In the late ‘70s and through the ‘80s when the industrialization process was taking off in Malaysia, motor cars became a telling symbol of “I have arrived”.
This old fogey remembers many young-blooded hotshots would proudly roar in and out of town in saloons that had been “macho-transformed”….with sports rims, extra-wide tyres, throaty-exhausts…and invariably one or several sets of halogen fog lamps in front !
Never mind that a fog in Malaysia is as rare as a blue moon, these lamps emitted a piercing yellow beam that was quite menacing and even hazardous to oncoming traffic. I guess the idea was to tell the lesser beings in the oncoming vehicles, “look, tai kor (大哥, ‘big brother’) is here”.
I believe such lamps might have been outlawed, as in recent years I have hardly seen any vehicle with these mounted.
It was my first “proper” car after driving a couple of junks that were not not much younger than I – the Mazda 323 Hatchback. The two-box design was all the rave in the late 70s/early 80s, and I thought it would put the “unexciting” me into the chic league!
It claimed to be miserly on fuel, with 40mpg, but I soon found out that Mazda had simply put a gearbox that was in overdrive. If one went around corners at below 20mph on 3rd gear, the whole car would shudder. I had to insert pieces of sponge here and there to overcome the vibrations.
Many sweet memories though. It was the car in which I took my first girlfriend for a date, … and drove with her all over Malaysia,…until we got married. Gave it to my sister, when we migrated to Singapore.
It was in the mid-1960s and one of my first experiential encounters of the 4-wheel kind was with a small family saloon called Ford Prefect.
It belonged to a family friend and, on several occasions, my dad borrowed it to take us on trips from Butterworth to a small town in Kedah state. Along the way, we would pull up by the roadside to watch the aircraft at the RAAF airbase.
I clearly remember that it had a manual gearshift with only 3 forward speeds, when a “4-on-the-floor” was standard at that time.
With hindsight, I now think this 3-speeder Prefect was the perfect solution to Penang drivers’ notorious tendency to drive at crawl speeds, regardless of traffic conditions. (When I got a 5-speeder to drive later in life, I seldom got past no.4)
1984 was the landmark year for me. With a new family and a career brimming with great expectations, I was about to embark on my next great acquisition – a brand new car.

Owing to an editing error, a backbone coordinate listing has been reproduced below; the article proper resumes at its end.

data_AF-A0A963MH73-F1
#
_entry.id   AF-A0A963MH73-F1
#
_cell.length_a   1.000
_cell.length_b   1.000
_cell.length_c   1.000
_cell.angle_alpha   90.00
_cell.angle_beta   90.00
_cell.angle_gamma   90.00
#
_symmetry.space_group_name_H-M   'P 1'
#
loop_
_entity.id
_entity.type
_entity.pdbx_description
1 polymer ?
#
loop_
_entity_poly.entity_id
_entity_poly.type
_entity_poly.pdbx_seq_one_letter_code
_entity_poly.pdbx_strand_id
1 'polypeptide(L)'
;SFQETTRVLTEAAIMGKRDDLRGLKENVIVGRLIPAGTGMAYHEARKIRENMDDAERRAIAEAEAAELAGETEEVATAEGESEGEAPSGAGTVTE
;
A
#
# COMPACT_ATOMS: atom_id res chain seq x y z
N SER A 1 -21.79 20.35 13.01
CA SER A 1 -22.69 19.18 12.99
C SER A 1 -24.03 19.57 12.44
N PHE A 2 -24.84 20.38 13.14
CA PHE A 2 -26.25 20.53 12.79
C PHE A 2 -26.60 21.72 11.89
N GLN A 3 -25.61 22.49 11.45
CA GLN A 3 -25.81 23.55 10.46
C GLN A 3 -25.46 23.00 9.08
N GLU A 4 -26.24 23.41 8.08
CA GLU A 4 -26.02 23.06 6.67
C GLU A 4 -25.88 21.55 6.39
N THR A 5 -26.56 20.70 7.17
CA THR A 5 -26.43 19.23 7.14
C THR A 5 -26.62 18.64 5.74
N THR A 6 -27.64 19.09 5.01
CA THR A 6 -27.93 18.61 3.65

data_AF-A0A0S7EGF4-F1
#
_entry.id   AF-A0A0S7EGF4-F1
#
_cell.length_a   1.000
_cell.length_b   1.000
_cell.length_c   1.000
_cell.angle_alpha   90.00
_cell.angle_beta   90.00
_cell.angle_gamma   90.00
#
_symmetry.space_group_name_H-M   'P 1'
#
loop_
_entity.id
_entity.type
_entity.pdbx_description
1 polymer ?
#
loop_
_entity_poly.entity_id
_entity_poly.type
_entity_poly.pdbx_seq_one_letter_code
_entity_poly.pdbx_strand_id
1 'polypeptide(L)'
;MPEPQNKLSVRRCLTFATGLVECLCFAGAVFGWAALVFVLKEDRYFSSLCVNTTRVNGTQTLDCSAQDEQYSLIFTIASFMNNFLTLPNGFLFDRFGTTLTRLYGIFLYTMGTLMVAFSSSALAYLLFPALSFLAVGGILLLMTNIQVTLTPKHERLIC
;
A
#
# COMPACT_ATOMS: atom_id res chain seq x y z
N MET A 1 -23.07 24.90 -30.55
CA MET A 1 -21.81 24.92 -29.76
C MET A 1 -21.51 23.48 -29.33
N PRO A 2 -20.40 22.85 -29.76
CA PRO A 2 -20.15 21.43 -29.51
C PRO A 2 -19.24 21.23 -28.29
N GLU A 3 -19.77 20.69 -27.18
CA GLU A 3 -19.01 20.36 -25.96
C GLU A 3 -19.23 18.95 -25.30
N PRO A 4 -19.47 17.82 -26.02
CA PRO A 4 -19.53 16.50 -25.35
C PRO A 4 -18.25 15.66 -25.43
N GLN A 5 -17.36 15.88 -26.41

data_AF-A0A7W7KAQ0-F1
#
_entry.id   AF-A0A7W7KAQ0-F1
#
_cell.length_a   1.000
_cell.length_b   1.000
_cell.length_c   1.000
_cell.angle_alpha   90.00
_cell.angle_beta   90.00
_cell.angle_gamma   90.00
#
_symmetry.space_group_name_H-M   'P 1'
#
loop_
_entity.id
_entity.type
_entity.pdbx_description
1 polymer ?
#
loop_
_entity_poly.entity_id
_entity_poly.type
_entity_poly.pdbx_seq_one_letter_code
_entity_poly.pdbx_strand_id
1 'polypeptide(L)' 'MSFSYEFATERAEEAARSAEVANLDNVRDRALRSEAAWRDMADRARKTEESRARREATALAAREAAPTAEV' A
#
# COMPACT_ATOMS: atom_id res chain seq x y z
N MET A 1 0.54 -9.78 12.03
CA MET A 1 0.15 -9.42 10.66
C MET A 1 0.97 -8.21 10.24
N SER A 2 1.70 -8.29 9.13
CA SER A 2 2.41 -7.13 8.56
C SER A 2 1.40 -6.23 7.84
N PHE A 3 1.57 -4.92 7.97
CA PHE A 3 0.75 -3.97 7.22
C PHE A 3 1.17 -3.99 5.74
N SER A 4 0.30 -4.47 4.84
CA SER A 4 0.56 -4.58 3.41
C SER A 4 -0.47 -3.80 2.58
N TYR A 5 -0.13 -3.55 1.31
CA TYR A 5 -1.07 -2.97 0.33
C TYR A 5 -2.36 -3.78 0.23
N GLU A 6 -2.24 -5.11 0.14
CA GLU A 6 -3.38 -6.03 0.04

The 4-door saloon version of the 2nd Gen Honda Civic had just been launched, and it had all the qualities that set my heart aflutter, and an affordable sticker price of RM20,500. That Honda salesman probably closed the easiest deal of his life, as I practically sold the car to me on his behalf !
A week later, I was offered a new job in Singapore, and after much heart-rending discussions within the extended families, wifey and I decided to uproot from Penang to settle on the Little Red Dot. The RM1,500 deposit had to be forfeited.
Inexplicably though, I never owned another Honda nor Civic after this brief engagement.
She was a stunner, a head-turner wherever she went. A sleek ageless beauty with style, grace and curves in the right places, she still sends my heart going boom-bang-a-bang just by looking at her photos.
The Datsun 240Z made its appearance in Malaysia circa 1970, just at the time of my mid-teens, when flashy automobiles began to capture my attention.
Also known as “FAIRLADY” this sportscar was unlike other Japanese cars of that time. It had a low-slung body with very aderodynamic contours that made it look very fast even at standstill.
It was a dream trophy, but for a poor country boy, it remained a trophy dream, even to this day.
Over the years, the lady evolved into 260Z,…etc, and even 300ZX. Has any one of my readers out there ever owned one?
In 1981, a unique automobile from a hitherto unknown company in Northern Ireland made its stunning debut.
The DeLorean Motor Company – started by a renegade General Motors engineer – launched its first car, the DMC-12. It had gull-wing doors that opened upwards, and a rear-mounted engine. The machine drew a lot of ‘oohs’ and ‘wahs’ from auto-fans and techies worldwide.
But the greatest sensation was the use of unpainted, wire-brushed stainless steel panels for the body.
About 9,000 cars were made before the company went bankrupt in 1982 and production halted in 1983. An estimated 6,500 units are believed to be in existence today.
There is an ongoing effort to revive the DeLorean company and complete the unfinished dream of John DeLorean, the founder.
32 years have rolled by since Dr M’s brainchild drove off the assembly line at Shah Alam — heralding the arrival of a new chapter in Malaysia’s industrial capability. A bold move indeed.
But right from the beginning, it was dismissed by Malaysians from all roads of life. They ridiculed it and invented names like “Potong Harga”, “Ben Dan Sha Gua” (笨蛋傻瓜), etc to mock it.
I drove a 1991 SAGA model, and later, an ISWARA model before. True, there were minor irritations here and there. Most infamously, the power windows never failed to malfunction after 2 months. There was not much by way of refinement, but on the whole they were quite reliable.
Nevertheless. after 3 decades, the saga continues, as Proton struggles to gain acceptance and trust from Malaysians. Will national disdain one day become national pride?